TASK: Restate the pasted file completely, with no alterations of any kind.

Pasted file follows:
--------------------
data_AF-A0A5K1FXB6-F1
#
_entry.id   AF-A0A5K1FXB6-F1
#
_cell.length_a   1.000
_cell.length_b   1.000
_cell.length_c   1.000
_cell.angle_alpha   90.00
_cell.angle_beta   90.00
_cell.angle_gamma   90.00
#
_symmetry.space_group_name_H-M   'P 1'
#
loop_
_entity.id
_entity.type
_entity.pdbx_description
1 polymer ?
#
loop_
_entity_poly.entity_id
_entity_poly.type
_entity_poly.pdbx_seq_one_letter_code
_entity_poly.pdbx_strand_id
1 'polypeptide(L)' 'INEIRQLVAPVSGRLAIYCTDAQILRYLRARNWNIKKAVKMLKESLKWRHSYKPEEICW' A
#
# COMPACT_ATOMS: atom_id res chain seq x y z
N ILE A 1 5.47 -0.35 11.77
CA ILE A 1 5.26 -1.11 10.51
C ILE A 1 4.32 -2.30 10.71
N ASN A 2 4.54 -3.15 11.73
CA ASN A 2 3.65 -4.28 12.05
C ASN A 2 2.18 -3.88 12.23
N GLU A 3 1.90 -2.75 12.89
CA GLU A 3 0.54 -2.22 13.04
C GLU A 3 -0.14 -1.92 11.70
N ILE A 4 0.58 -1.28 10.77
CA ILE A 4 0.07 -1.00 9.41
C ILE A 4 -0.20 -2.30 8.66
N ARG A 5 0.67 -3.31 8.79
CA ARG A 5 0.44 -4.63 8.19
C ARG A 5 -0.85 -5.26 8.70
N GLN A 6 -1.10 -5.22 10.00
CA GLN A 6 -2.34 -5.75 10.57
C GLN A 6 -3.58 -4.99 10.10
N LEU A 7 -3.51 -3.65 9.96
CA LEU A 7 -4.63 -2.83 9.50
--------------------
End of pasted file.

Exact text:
data_AF-A0A5K1FXB6-F1
#
_entry.id   AF-A0A5K1FXB6-F1
#
_cell.length_a   1.000
_cell.length_b   1.000
_cell.length_c   1.000
_cell.angle_alpha   90.00
_cell.angle_beta   90.00
_cell.angle_gamma   90.00
#
_symmetry.space_group_name_H-M   'P 1'
#
loop_
_entity.id
_entity.type
_entity.pdbx_description
1 polymer ?
#
loop_
_entity_poly.entity_id
_entity_poly.type
_entity_poly.pdbx_seq_one_letter_code
_entity_poly.pdbx_strand_id
1 'polypeptide(L)' 'INEIRQLVAPVSGRLAIYCTDAQILRYLRARNWNIKKAVKMLKESLKWRHSYKPEEICW' A
#
# COMPACT_ATOMS: atom_id res chain seq x y z
N ILE A 1 5.47 -0.35 11.77
CA ILE A 1 5.26 -1.11 10.51
C ILE A 1 4.32 -2.30 10.71
N ASN A 2 4.54 -3.15 11.73
CA ASN A 2 3.65 -4.28 12.05
C ASN A 2 2.18 -3.88 12.23
N GLU A 3 1.90 -2.75 12.89
CA GLU A 3 0.54 -2.22 13.04
C GLU A 3 -0.14 -1.92 11.70
N ILE A 4 0.58 -1.28 10.77
CA ILE A 4 0.07 -1.00 9.41
C ILE A 4 -0.20 -2.30 8.66
N ARG A 5 0.67 -3.31 8.79
CA ARG A 5 0.44 -4.63 8.19
C ARG A 5 -0.85 -5.26 8.70
N GLN A 6 -1.10 -5.22 10.00
CA GLN A 6 -2.34 -5.75 10.57
C GLN A 6 -3.58 -4.99 10.10
N LEU A 7 -3.51 -3.65 9.96
CA LEU A 7 -4.63 -2.83 9.50